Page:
Further to our earlier post on QA, we have developed, with one of our Clients, an Integrated Management System, (or IMS for short). It is proving useful because it works on a number of levels:
- It aims to be a holistic approach to understanding the operational running of the practice. The idea is that everyone can see the mechanics of the business and understand how their roles and responsibilities affect those of others in the office.
- This should help communication in the practice and in time bring efficiencies in working practices.
- The IMS strategy as shown below is more engaging and appears relevant to everyone, which the old QA acronym had difficulty achieving.
With greater engagement of the IMS in the office, its development should become more fluid with greater feedback on its operational performance and efficiencies.
As noted in the previous QA post, all policy documents relevant to the business, but required for reference (mainly), are centralised in the QA core documents section. These break down neatly in to the following sections:
The official QA documentation needed to satisfy the requirements of BS EN ISO 9001:2008 has been greatly simplified. Documentation needs to be efficient and relevant to the business. The Quality Manual works as a very close response to BS standard. The procedures document focuses on the six key procedures required by the standard:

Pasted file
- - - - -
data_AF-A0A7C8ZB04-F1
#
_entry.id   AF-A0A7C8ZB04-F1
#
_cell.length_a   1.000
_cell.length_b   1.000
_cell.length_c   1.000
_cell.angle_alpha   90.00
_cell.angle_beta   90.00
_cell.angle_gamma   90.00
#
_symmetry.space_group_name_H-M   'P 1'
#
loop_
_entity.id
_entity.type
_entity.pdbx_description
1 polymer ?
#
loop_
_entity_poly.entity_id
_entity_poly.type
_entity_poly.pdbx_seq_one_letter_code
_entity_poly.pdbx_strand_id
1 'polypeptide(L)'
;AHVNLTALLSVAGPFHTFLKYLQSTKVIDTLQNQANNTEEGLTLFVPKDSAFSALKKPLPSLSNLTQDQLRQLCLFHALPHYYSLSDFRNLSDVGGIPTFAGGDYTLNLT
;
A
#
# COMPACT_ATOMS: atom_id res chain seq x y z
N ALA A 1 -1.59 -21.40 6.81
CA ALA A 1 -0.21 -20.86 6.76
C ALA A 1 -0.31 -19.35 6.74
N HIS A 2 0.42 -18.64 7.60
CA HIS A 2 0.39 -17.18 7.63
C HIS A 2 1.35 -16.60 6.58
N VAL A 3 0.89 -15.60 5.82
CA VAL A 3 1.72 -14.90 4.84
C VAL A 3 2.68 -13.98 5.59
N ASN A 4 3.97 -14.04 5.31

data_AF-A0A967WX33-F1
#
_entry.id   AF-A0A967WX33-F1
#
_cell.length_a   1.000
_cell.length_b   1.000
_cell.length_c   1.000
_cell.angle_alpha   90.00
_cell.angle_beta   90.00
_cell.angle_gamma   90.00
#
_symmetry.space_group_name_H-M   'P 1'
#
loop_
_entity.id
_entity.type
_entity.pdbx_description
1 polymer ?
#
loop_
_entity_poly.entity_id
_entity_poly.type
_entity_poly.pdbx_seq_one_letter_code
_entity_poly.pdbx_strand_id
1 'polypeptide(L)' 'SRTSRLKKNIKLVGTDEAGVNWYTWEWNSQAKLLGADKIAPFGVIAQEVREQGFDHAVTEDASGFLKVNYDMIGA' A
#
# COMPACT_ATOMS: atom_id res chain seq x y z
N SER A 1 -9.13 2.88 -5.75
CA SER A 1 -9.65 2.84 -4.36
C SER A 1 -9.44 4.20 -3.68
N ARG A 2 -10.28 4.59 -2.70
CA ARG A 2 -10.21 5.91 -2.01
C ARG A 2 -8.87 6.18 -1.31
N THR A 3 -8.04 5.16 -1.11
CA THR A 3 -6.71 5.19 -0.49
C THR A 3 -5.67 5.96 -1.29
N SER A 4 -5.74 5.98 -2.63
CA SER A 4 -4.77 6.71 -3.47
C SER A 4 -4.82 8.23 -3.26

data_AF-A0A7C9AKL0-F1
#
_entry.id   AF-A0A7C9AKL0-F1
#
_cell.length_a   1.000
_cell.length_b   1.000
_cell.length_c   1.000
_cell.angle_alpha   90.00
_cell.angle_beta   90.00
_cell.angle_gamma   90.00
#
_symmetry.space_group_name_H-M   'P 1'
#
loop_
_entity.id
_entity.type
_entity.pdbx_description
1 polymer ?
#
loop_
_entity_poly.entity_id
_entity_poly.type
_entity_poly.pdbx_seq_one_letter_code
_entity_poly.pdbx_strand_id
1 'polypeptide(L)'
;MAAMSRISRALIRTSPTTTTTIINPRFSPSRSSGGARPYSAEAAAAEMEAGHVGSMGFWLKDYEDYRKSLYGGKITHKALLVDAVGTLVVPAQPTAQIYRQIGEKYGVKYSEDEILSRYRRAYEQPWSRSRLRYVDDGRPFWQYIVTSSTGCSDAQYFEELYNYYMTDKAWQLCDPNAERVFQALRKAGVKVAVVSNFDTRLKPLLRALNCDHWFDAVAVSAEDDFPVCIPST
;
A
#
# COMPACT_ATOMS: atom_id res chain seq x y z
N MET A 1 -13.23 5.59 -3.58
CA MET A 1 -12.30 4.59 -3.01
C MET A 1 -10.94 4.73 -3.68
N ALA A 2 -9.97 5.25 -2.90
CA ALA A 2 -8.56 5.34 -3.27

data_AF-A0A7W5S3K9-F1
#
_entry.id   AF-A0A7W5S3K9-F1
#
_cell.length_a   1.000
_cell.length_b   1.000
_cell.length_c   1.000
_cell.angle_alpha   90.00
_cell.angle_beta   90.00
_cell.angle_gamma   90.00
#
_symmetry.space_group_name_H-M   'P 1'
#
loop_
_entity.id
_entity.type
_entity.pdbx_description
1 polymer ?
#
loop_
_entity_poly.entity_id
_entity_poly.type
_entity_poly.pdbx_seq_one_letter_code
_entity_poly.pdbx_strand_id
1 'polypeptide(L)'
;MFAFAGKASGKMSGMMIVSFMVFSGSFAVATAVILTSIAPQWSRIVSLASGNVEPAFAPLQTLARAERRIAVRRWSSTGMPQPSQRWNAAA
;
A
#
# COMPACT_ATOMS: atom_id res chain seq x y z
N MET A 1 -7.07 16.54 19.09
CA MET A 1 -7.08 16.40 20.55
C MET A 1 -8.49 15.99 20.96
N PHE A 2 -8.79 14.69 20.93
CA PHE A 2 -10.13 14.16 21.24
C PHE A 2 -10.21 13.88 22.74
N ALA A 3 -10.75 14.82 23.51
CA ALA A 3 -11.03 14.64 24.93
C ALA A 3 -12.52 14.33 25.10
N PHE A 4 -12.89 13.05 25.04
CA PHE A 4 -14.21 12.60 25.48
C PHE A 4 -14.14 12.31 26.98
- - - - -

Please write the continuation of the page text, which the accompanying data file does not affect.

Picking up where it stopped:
- Control of documents (4.2.3)
- Control of records (4.2.4)
- Internal audits (8.2.2)
- Control of Non-conforming product (8.3)
- Corrective actions (8.5.2)
- Preventative actions (8.5.3)
The flow diagrams below should offer an insight in to the documents which they support.
|Collective procedures on document control|
|Internal audits |
(or reviews - which sounds more engaging)
|Preventative and corrective actions|
The main body of documentation in operation within the practice is working files, used in the efficient support of project running or office management.
If this is of relevance to your practice, please contact us to discuss how an IMS can become an engaging response to a QA requirement.